Flamingo Light Sheet Microscopes Rely on Drives from PI

Precise Sample Positioning is Crucial for Conclusive Images

Flamingo? It automatically reminds you of pink feathers, an accentuated beak, and the unique silhouette of a representative of the genus "phoenicopteridae", which always stands on one leg while sleeping.

This latter fact exactly served Professor Dr. Jan Huisken, Research Group Leader and Director of the Medical Engineering Department at >> Morgridge Institute for Research in >> Madison, WI, as the name-giving feature for the special light sheet microscopes developed by him and his team. The silhouette of these microscopes reminds us of this sleeping exotic bird.

The goal of the >> Flamingo project, which is supported by several sponsors, is to make these modular microscopes available to researchers ‒ in their laboratories ‒ free of charge.

Light Sheet Microscopy: Technology and Advantages

In Light Sheet Fluorescence Microscopy (LSFM), illumination and detection are two separate optical systems that are perpendicular to each other. The laser beam used to illuminate the sample is focused in one direction and forms a light sheet that illuminates a thin layer of the sample. The fluorescent light that is emitted in this plane is captured and detected by an objective lens. 

By separating the illumination from the detection, the microscope can practically be built "around the experiment". Instead of mounting samples in between microscope slide and coverslip, they are immersed in a hydrogel and placed in a cylindrical sample chamber inside the microscope. There, the conditions are close to physiological and so even continuous recordings from living specimens are possible.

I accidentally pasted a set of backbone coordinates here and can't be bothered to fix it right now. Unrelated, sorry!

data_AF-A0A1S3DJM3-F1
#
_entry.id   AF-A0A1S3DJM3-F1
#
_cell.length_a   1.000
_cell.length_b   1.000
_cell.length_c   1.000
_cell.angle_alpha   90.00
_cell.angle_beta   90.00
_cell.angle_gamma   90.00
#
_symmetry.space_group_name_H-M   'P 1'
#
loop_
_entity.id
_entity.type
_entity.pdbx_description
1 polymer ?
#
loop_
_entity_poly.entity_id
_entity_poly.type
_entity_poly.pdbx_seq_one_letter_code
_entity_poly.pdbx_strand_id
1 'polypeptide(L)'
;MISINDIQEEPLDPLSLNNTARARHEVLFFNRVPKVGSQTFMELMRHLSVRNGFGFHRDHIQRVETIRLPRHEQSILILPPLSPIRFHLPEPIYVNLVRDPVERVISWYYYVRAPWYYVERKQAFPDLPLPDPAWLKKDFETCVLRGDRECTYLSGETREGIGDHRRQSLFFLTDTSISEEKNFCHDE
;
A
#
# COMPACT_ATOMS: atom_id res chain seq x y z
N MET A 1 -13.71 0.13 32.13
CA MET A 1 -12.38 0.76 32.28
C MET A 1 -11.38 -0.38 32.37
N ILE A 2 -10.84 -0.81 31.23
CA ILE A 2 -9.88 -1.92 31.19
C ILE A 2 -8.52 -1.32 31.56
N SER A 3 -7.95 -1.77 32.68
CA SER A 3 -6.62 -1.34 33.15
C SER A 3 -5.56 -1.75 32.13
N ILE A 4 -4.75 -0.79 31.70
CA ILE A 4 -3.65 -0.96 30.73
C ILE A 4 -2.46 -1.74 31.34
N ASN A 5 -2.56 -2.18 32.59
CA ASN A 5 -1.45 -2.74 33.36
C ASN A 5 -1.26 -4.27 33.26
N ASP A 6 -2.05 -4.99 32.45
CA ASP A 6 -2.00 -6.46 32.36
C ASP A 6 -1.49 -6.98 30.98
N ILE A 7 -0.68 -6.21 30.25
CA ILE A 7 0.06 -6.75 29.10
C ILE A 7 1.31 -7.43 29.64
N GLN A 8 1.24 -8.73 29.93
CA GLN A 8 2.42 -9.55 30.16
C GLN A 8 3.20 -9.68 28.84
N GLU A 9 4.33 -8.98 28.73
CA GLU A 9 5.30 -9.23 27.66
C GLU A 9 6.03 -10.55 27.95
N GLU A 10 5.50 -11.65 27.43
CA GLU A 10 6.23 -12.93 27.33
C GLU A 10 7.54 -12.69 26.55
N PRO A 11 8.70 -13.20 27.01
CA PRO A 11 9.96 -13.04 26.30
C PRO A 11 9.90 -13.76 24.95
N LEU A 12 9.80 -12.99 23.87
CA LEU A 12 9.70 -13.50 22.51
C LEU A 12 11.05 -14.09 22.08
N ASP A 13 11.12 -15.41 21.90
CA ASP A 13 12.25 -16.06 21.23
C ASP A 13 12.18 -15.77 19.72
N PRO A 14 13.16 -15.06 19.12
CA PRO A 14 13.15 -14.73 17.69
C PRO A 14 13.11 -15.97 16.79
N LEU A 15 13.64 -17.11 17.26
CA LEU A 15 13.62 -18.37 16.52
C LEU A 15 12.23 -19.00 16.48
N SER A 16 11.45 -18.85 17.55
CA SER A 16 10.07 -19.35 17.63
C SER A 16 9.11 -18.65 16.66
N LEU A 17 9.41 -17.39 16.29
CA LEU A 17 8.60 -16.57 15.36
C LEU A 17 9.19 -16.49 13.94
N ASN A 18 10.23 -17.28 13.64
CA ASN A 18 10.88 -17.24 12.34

Sample Positioning Is Particularly Important

The positioning of the sample plays a special role since the sample is moved linearly or rotated as required. For this purpose, PI (Physik Instrumente) supplies several subsystems. "We are proud to be among the seed supporters and sponsors of Jan Huisken’s groundbreaking Flamingo project," says Dr. Thomas Bocher, the Head of Segment Marketing 'Microscopy & Life Sciences' at PI. "For the Flamingo project, reliability and precision of modules are key factors. This means, high precision, fast movements, and a compact size of the drives together with high quality production standards and services from PI make the difference."

Low Phototoxicity

"LSFM is a very powerful and flexible platform for gentle in vivo imaging offering low phototoxicity and fast image acquisition," Jan Huisken summarizes the advantages of the technology. Because of the gentle "treatment" of the sample, LSFM is predestined for the examination of living organisms. One of the research goals of this technology is to gain a better understanding of highly dynamic processes such as embryonic morphogenesis (i.e., the development of organisms, organs, and organelles).

Modular Design

In order for the implementation to work, some conditions had to be met: The system had to be very robust, easy to assemble, and simple to operate. The solution: A straightforward, uncomplicated design with proven standard components, a small footprint, and costs as low as possible. This also allows for different, application-specific designs: In the T-SPIM design, the sample is illuminated from two opposing optics for a more uniform illumination. The addition of a second detection path results in the X-SPIM design.

Sample Positioning within the Microscope